How the West is fighting with China for sea power

How the West is fighting with China for sea power
WORLD NEWS

The USA, Australia and Great Britain have allied themselves with one another in the Indo-Pacific with a new security pact. The reason for this is China’s striving for power – its fleet is growing steadily.

The announcement of the historic alliance between the USA, Australia and Great Britain for security in the Indo-Pacific (Aukus) can be understood as a clear response to China’s drive for power in the region. Beijing has expanded its maritime power in the Indo-Pacific at breathtaking speed. The West – above all the US government – is now trying with great effort to rebalance the military balance of power.

In terms of the number of ships and submarines, China has the largest navy in the world, according to the US Department of Defense. According to the US Naval Intelligence Service, China’s fleet was around 360 ships at the end of 2020 – compared to 297 ships in the United States. And Beijing is tirelessly expanding its navy: by 2025, the combat strength is to increase to 400 ships, by 2030 to 425 ships.

132 ships in four years

According to defense experts from Janes, a military science publisher, China built a total of 132 ships between 2015 and 2019. Beijing is currently building its third aircraft carrier and other destroyers. The USA built only 68 ships in the same period, India 48, Japan 29 and Australia 9. France has 17 new ships, while Great Britain built 4 ships, including two aircraft carriers. Germany put two submarines and a frigate into service.

The Chinese destroyer Xi: In just a few years, Beijing has massively strengthened its navy.  (Source: imago images)The Chinese destroyer Xi: In just a few years, Beijing has massively strengthened its navy. (Source: imago images)

China managed to put the equivalent of the French naval fleet into service within four years, as Admiral Pierre Vandier, chief of staff of the French navy, notes. The “historic Chinese naval effort” would represent 55 percent of the Chinese defense budget. Defense expert Helena Legarda from the Berlin China Institute Merics suspects that through the Aukus alliance, China will now begin to place even more emphasis on modernizing its own military.

Submarine power China

Beijing also has six nuclear-powered missile submarines (SSBN) armed with nuclear missiles, as well as around 40 attack submarines, 6 of which are also nuclear-powered, such as the International Institute for Strategic Studies (IISS) determined. Washington, for its part, has 21 attack submarines and 8 SSBNs in the Pacific, which, according to the US Navy, mainly operate from Pearl Harbor. Five of the eleven US aircraft carriers are also on the move in the Pacific.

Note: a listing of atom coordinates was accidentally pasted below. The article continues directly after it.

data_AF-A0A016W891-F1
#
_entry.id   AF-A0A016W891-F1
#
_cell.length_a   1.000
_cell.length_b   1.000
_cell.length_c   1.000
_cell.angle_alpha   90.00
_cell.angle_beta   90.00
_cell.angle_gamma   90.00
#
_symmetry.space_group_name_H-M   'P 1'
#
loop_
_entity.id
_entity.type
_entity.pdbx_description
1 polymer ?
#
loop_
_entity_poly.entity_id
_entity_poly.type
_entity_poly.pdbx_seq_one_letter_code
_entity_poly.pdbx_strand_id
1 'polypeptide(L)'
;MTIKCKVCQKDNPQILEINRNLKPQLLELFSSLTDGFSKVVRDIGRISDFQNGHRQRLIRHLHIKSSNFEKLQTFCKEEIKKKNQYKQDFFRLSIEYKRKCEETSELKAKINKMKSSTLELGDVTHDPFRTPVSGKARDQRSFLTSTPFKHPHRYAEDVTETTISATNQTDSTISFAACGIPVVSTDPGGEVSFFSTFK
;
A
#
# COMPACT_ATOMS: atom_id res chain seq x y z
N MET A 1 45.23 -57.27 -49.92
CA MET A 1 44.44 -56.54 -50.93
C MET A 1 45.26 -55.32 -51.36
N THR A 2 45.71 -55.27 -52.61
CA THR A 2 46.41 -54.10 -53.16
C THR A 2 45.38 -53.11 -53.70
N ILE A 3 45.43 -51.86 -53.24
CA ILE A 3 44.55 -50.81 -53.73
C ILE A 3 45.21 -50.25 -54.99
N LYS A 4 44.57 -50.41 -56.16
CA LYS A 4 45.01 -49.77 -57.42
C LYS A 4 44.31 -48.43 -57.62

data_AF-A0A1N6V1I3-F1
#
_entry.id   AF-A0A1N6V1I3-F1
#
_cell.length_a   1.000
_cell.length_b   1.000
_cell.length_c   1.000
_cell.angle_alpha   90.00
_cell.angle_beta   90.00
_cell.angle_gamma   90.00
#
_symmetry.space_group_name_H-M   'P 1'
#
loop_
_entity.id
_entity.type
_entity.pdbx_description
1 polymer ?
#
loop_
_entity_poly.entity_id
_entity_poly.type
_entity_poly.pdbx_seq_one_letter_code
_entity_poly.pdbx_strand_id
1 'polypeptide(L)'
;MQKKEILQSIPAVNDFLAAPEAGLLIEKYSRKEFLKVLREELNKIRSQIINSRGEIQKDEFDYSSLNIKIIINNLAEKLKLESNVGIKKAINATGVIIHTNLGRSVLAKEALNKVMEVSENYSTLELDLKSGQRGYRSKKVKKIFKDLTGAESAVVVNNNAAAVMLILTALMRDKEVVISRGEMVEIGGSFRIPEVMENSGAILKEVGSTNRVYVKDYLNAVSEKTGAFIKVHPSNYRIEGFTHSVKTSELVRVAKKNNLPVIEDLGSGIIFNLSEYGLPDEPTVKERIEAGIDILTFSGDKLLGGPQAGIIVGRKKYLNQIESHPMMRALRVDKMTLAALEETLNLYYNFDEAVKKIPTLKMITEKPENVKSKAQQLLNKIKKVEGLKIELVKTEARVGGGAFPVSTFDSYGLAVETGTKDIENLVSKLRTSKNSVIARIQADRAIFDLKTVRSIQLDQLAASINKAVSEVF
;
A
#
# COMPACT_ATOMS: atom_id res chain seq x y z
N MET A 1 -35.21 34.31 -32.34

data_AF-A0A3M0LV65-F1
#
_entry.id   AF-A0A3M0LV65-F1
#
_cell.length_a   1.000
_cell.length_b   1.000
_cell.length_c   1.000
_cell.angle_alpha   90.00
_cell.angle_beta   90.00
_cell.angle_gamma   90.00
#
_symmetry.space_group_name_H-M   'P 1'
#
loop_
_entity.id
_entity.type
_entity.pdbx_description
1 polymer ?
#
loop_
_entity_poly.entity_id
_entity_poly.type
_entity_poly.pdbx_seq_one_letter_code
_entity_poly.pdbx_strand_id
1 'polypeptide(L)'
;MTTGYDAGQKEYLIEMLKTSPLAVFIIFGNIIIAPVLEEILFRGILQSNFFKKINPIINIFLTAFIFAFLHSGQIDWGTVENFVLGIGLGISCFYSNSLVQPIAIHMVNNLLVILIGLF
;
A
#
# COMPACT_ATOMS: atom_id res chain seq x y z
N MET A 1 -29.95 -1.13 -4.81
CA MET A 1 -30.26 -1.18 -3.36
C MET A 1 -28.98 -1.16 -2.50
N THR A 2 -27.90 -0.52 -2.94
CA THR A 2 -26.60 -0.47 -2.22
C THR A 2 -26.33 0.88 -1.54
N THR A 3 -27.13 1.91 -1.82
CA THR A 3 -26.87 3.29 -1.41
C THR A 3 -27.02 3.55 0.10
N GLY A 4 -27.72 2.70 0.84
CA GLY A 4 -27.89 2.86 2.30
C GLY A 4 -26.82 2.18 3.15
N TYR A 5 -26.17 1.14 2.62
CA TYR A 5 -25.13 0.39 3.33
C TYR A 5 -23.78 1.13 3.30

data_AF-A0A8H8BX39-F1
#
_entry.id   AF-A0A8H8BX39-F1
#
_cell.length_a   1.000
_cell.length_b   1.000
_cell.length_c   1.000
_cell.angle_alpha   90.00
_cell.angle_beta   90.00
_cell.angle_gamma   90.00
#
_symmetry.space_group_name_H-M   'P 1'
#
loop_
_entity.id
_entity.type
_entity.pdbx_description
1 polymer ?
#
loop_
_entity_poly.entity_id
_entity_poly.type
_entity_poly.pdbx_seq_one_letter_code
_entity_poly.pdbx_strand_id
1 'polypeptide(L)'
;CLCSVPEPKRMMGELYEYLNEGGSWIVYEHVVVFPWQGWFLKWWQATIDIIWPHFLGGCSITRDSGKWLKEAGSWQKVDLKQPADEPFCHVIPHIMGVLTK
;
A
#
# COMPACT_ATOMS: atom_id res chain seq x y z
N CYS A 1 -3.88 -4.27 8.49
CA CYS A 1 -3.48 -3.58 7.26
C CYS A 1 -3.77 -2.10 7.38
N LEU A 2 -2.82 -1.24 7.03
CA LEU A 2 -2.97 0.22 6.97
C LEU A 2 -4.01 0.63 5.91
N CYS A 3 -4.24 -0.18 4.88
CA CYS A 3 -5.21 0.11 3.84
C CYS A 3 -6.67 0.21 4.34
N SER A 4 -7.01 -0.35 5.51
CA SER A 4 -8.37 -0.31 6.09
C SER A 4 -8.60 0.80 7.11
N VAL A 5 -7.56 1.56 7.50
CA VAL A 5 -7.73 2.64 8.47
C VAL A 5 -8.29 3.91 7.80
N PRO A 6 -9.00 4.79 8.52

Los Angeles-class attack submarine USS Oklahoma City (SSN 723): The United States and Great Britain want to help Australia build nuclear-powered submarines.  (Source: dpa / Mc3 Naomi Johnson / US Navy Office of Information via AP)Los Angeles-class attack submarine USS Oklahoma City (SSN 723): The United States and Great Britain want to help Australia build nuclear-powered submarines. (Source: Mc3 Naomi Johnson / US Navy Office of Information via AP / dpa)

Australia currently has six conventional Swedish-type submarines that have been in service since the mid-1990s. Given the strong Chinese fleet of nuclear-powered submarines, Canberra canceled a billion-dollar contract with France to build conventional submarines. Instead, with the help of Washington and London, nuclear-powered submarines are now to be built. “This is not a change of heart, but a change of necessity,” said Australian Prime Minister Scott Morrison, explaining the move that sparked a diplomatic crisis with Paris.

One island after the next

In addition to Australia, other regional players are also increasing their fleets. Vietnam already has six Russian-made submarines, Malaysia two submarines, Indonesia has ordered six submarines from South Korea, and the Philippines are also considering building their own submarines. Japan has 23 submarines, South Korea 18, Singapore 2, and Russia a dozen.

Many of these countries are embroiled in protracted maritime territorial disputes with China in the Indo-Pacific. Especially in the South China Sea, Beijing is aggressively expanding its supremacy, claiming island after island for itself and thus threatening global stability.

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Killian Jones

Author: Killian Jones
Graduated From Princeton University.He has been at the USTV since 2017.
Function: Chief-Editor
E-mail: admin@ustv.online

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